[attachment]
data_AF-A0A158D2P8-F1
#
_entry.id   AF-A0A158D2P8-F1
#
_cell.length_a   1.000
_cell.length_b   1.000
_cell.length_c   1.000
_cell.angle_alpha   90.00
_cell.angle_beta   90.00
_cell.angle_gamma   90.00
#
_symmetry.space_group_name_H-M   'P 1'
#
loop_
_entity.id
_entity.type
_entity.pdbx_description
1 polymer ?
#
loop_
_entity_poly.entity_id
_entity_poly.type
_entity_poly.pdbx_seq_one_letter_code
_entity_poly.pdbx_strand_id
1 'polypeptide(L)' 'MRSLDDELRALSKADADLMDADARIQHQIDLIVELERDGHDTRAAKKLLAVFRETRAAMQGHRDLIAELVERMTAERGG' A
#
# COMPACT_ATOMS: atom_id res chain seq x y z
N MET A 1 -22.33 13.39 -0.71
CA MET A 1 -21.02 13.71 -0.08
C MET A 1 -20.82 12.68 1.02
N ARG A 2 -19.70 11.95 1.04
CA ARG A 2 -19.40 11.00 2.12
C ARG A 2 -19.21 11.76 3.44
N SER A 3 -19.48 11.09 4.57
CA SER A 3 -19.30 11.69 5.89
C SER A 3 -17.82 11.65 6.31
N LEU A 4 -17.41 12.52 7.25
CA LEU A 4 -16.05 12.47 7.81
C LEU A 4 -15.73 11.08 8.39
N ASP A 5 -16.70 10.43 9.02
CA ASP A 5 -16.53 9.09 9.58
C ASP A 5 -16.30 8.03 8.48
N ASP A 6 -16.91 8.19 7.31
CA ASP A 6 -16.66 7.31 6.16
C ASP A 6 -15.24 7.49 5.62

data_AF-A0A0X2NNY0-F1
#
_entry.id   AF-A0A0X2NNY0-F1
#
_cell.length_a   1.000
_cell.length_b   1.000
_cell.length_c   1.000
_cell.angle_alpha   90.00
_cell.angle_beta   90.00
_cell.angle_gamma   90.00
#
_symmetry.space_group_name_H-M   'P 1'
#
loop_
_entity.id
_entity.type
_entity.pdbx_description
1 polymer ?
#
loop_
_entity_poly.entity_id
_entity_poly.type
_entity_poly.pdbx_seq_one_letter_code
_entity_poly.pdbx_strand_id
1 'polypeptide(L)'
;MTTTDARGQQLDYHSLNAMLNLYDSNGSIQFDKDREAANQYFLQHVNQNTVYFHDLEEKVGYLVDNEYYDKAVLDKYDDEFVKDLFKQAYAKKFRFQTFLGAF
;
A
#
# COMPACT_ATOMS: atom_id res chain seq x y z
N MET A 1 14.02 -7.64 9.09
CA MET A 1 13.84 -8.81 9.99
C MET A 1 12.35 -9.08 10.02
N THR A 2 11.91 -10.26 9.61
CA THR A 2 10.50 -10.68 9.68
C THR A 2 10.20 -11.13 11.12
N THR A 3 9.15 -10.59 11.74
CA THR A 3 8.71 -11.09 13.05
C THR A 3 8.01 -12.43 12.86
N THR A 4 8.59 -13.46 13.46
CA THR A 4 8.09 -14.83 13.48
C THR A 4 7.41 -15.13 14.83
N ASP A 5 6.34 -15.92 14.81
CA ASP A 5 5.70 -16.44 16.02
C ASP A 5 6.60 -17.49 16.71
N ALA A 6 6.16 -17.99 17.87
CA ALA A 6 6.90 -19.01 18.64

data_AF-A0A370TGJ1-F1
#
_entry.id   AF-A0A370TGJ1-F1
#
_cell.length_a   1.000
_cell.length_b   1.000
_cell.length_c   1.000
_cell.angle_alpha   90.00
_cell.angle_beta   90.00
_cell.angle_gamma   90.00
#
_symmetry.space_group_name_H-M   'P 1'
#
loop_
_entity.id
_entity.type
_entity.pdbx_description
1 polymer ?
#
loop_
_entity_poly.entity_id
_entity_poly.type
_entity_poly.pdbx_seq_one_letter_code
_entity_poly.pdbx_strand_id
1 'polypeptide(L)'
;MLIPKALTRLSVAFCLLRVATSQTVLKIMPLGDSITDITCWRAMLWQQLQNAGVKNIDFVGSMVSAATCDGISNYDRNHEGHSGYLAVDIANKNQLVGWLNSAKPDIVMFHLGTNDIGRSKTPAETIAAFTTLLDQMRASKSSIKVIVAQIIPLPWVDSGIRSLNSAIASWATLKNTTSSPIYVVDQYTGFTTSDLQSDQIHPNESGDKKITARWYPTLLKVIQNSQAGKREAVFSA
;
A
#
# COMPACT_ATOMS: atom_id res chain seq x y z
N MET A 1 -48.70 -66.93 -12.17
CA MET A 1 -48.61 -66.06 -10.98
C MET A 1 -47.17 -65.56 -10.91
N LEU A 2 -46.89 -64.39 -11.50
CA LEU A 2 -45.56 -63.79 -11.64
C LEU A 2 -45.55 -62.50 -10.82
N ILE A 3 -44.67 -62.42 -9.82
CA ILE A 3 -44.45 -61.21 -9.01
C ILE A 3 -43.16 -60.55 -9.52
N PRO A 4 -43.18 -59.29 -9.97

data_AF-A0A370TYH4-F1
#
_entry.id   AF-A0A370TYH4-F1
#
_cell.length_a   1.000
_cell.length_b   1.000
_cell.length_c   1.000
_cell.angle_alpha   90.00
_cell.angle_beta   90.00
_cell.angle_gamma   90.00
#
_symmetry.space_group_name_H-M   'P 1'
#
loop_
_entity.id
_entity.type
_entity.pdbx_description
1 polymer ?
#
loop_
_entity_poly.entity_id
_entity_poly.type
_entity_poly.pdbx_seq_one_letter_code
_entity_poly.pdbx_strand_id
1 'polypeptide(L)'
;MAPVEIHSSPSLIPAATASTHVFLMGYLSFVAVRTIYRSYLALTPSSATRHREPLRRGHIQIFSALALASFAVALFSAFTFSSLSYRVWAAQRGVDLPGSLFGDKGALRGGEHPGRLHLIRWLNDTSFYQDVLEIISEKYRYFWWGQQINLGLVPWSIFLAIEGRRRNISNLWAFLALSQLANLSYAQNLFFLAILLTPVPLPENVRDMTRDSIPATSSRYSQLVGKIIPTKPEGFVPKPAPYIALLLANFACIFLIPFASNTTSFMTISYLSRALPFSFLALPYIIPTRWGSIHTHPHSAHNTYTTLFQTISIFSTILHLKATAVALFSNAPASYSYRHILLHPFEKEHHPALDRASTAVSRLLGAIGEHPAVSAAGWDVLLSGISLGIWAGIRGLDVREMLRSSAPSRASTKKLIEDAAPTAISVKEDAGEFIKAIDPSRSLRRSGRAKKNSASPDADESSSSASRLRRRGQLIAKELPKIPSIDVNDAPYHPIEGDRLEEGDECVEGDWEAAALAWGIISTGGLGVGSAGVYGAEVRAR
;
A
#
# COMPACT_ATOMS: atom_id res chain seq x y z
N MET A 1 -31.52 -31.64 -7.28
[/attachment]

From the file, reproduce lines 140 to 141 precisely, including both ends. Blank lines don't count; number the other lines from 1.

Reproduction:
_cell.angle_alpha   90.00
_cell.angle_beta   90.00